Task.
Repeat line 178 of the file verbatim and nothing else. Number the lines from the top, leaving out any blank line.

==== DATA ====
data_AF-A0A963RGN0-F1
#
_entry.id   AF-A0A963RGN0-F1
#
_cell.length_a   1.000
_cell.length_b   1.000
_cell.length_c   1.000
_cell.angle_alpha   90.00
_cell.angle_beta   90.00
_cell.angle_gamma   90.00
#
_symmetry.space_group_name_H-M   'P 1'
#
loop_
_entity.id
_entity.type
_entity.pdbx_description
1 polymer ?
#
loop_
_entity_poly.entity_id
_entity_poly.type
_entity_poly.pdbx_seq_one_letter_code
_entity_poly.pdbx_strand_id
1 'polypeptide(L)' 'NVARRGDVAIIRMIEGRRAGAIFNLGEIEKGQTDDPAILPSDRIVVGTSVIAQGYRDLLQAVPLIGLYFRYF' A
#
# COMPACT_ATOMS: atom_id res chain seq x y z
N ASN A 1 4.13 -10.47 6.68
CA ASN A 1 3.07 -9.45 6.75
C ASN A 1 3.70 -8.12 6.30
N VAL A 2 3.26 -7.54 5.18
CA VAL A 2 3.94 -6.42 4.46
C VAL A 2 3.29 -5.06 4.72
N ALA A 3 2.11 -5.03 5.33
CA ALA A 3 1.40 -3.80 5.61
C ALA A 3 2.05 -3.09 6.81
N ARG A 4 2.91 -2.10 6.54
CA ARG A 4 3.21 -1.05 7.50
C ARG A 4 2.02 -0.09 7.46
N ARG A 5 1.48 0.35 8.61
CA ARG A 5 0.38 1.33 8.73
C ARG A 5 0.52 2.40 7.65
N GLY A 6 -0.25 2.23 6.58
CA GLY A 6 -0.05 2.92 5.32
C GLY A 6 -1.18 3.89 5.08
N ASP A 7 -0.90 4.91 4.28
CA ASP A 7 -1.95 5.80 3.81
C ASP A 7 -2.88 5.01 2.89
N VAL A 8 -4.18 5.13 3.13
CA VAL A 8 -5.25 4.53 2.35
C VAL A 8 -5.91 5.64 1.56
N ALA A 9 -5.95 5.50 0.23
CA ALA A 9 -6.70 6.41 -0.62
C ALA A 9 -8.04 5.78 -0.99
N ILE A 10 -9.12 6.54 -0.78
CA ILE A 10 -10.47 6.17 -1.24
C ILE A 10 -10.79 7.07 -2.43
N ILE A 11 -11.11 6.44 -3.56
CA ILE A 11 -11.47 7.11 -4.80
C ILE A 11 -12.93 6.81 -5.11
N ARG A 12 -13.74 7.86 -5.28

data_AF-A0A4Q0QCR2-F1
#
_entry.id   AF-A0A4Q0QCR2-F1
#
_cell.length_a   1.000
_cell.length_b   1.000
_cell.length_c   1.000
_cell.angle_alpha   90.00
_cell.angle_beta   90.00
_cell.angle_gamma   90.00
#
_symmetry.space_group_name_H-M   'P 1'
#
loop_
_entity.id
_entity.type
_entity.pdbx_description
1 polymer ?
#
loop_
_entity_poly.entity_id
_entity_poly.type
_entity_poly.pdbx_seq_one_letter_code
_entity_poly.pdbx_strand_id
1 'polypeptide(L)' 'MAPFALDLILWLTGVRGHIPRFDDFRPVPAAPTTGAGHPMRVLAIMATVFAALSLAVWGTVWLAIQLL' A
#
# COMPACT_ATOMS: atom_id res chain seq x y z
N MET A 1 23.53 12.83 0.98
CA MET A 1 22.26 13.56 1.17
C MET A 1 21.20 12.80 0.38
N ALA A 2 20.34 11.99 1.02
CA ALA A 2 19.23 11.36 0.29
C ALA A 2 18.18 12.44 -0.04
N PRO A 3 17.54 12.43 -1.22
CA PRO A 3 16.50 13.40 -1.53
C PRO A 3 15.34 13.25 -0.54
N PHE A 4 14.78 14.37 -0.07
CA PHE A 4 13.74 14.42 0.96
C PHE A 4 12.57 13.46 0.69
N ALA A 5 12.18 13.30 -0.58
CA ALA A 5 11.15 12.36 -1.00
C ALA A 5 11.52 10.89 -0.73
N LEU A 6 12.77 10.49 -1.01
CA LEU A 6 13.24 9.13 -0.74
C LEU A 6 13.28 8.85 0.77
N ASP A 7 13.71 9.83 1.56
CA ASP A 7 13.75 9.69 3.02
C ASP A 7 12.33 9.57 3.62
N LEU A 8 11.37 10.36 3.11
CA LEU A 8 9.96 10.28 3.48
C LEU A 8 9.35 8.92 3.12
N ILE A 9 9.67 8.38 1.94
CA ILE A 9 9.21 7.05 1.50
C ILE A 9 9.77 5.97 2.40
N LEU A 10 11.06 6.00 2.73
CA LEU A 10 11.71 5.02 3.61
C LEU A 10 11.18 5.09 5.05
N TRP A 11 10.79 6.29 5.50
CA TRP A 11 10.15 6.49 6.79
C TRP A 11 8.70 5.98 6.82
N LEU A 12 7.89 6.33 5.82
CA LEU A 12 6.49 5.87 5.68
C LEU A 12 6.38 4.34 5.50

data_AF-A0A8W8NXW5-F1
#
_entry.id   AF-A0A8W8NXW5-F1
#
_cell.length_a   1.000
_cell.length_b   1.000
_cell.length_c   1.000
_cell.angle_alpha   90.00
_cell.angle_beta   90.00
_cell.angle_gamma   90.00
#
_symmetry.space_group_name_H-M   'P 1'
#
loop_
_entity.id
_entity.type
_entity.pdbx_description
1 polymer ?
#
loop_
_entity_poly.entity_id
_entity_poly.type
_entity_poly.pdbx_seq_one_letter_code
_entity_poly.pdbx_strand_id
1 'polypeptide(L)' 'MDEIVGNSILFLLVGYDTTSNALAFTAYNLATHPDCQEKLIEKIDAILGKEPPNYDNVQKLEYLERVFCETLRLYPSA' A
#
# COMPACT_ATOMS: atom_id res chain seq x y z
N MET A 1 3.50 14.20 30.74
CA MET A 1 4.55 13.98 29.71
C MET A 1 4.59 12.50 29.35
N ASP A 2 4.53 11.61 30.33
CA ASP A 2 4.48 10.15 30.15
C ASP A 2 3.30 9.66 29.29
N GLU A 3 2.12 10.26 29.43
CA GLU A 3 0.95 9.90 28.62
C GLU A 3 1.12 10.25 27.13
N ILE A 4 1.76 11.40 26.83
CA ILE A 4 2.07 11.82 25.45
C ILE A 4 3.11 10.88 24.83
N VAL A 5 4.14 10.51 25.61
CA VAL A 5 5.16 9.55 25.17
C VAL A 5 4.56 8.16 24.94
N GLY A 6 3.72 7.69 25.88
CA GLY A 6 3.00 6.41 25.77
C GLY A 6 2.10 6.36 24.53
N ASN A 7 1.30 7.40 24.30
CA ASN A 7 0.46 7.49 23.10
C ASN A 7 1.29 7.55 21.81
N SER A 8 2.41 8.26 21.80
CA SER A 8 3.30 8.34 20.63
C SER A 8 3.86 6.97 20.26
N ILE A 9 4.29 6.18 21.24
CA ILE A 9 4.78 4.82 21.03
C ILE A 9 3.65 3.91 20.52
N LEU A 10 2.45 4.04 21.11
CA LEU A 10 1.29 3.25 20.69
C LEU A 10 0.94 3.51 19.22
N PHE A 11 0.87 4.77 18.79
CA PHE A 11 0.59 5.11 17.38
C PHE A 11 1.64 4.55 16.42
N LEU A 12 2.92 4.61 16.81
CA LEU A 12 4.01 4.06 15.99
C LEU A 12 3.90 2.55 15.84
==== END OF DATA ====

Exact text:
C ILE A 9 3.65 3.91 20.52